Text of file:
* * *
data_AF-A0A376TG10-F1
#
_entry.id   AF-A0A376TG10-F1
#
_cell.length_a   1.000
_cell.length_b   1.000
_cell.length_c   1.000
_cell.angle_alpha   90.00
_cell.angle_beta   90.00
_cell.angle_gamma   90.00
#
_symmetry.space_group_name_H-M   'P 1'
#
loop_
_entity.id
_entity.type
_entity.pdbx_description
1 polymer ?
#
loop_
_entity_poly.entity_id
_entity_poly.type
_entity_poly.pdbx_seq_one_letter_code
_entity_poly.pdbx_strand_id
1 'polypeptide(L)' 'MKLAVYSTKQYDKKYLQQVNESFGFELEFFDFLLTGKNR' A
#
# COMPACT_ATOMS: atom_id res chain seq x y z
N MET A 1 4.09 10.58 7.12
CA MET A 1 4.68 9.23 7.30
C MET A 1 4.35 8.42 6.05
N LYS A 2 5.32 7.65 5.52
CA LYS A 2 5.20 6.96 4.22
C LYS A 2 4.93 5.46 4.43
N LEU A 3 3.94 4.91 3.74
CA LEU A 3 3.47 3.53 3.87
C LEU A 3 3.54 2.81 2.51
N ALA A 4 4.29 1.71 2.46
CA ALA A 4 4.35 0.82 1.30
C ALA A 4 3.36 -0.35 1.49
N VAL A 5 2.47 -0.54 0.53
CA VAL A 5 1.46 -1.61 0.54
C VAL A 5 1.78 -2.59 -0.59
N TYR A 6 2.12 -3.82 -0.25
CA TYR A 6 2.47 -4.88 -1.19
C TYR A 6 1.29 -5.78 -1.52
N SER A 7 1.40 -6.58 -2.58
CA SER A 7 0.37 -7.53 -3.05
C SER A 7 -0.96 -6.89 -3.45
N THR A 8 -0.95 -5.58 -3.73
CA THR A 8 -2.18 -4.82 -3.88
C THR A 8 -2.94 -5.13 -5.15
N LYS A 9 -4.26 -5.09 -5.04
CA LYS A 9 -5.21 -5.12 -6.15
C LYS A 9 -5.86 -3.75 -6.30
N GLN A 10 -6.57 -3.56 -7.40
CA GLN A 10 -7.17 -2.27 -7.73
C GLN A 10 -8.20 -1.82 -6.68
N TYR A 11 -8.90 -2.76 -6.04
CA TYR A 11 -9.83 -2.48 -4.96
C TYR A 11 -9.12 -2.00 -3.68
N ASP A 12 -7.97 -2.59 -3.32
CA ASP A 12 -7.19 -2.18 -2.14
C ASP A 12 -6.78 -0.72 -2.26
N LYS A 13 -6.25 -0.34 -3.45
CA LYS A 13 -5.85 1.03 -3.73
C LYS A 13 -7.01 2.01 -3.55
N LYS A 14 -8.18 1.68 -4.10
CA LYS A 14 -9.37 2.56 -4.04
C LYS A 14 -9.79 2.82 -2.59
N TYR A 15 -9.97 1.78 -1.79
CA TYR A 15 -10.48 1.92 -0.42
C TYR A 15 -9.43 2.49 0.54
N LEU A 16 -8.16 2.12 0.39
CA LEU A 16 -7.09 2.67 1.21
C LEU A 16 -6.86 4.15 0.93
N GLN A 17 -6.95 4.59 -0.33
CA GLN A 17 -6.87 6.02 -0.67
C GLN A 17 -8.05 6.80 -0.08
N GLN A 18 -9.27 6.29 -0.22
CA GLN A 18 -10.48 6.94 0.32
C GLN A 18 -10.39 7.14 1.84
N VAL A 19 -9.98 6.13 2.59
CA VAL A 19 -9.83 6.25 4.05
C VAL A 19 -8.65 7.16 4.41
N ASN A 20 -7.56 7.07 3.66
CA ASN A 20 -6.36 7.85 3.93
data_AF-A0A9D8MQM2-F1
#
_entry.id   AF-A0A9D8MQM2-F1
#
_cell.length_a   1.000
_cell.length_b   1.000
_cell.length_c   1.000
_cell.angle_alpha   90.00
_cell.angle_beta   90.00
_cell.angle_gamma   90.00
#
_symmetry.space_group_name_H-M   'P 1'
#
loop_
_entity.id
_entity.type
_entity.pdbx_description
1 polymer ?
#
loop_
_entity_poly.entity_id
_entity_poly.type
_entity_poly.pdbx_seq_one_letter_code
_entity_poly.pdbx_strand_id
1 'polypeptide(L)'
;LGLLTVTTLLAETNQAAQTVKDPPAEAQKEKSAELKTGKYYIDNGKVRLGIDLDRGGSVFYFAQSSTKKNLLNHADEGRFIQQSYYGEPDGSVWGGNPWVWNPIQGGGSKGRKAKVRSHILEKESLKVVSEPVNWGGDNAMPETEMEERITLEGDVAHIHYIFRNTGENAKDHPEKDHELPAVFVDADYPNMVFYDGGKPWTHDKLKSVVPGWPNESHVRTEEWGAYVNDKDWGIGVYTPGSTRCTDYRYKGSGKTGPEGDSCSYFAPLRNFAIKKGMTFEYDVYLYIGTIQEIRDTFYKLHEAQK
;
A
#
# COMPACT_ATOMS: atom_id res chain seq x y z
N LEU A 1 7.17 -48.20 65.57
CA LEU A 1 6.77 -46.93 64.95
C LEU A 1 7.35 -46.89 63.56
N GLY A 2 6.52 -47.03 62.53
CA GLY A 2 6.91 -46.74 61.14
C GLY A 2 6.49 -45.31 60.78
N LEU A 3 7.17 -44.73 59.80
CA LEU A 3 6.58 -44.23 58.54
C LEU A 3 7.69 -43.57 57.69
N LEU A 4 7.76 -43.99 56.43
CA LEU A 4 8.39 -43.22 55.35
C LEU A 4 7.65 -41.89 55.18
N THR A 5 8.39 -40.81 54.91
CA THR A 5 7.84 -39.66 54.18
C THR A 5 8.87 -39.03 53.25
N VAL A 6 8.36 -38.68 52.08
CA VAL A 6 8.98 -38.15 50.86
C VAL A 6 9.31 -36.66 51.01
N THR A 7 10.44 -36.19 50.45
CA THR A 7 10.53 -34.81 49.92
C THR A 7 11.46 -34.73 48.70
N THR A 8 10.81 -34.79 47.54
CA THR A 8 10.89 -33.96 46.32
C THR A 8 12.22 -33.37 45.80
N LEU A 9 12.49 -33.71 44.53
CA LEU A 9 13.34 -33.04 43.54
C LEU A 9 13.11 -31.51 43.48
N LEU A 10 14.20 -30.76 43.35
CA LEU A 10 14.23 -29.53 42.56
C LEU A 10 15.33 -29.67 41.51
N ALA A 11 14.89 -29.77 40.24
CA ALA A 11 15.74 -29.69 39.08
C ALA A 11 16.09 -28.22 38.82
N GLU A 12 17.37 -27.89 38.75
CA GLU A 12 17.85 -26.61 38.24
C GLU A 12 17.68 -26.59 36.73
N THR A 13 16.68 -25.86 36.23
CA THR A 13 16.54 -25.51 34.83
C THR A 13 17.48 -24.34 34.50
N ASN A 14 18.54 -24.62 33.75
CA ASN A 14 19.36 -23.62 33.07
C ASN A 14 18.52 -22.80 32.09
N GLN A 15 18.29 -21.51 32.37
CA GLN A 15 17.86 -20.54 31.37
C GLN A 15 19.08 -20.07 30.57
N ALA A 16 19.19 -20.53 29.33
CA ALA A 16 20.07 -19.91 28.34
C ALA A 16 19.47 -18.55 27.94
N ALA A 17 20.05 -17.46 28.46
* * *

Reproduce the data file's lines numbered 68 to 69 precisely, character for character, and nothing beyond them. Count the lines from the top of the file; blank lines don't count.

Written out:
CA LYS A 14 -9.37 2.56 -4.04
C LYS A 14 -9.79 2.82 -2.59